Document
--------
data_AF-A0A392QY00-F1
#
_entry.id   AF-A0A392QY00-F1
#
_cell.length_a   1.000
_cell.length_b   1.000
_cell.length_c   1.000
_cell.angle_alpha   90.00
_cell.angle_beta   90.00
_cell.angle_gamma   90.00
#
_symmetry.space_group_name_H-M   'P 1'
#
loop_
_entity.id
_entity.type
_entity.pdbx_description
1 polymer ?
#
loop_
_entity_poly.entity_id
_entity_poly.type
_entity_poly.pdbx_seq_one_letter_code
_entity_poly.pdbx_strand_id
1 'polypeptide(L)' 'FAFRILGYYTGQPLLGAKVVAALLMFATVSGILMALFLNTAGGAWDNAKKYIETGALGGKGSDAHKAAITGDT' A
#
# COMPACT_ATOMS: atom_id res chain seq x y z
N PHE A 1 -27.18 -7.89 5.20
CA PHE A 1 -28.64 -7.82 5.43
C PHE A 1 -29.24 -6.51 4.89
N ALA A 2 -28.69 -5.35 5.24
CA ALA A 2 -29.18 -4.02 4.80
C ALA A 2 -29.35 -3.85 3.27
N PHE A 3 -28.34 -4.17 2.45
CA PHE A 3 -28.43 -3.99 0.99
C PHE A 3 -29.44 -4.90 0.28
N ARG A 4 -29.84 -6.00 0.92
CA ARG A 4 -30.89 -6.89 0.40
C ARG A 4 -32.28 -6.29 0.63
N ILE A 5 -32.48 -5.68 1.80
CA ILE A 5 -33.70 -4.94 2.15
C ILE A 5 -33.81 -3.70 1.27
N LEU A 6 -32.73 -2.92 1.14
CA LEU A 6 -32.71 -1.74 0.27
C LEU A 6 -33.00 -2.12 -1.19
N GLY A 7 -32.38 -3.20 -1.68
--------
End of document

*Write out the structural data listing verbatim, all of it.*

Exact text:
data_AF-A0A392QY00-F1
#
_entry.id   AF-A0A392QY00-F1
#
_cell.length_a   1.000
_cell.length_b   1.000
_cell.length_c   1.000
_cell.angle_alpha   90.00
_cell.angle_beta   90.00
_cell.angle_gamma   90.00
#
_symmetry.space_group_name_H-M   'P 1'
#
loop_
_entity.id
_entity.type
_entity.pdbx_description
1 polymer ?
#
loop_
_entity_poly.entity_id
_entity_poly.type
_entity_poly.pdbx_seq_one_letter_code
_entity_poly.pdbx_strand_id
1 'polypeptide(L)' 'FAFRILGYYTGQPLLGAKVVAALLMFATVSGILMALFLNTAGGAWDNAKKYIETGALGGKGSDAHKAAITGDT' A
#
# COMPACT_ATOMS: atom_id res chain seq x y z
N PHE A 1 -27.18 -7.89 5.20
CA PHE A 1 -28.64 -7.82 5.43
C PHE A 1 -29.24 -6.51 4.89
N ALA A 2 -28.69 -5.35 5.24
CA ALA A 2 -29.18 -4.02 4.80
C ALA A 2 -29.35 -3.85 3.27
N PHE A 3 -28.34 -4.17 2.45
CA PHE A 3 -28.43 -3.99 0.99
C PHE A 3 -29.44 -4.90 0.28
N ARG A 4 -29.84 -6.00 0.92
CA ARG A 4 -30.89 -6.89 0.40
C ARG A 4 -32.28 -6.29 0.63
N ILE A 5 -32.48 -5.68 1.80
CA ILE A 5 -33.70 -4.94 2.15
C ILE A 5 -33.81 -3.70 1.27
N LEU A 6 -32.73 -2.92 1.14
CA LEU A 6 -32.71 -1.74 0.27
C LEU A 6 -33.00 -2.12 -1.19
N GLY A 7 -32.38 -3.20 -1.68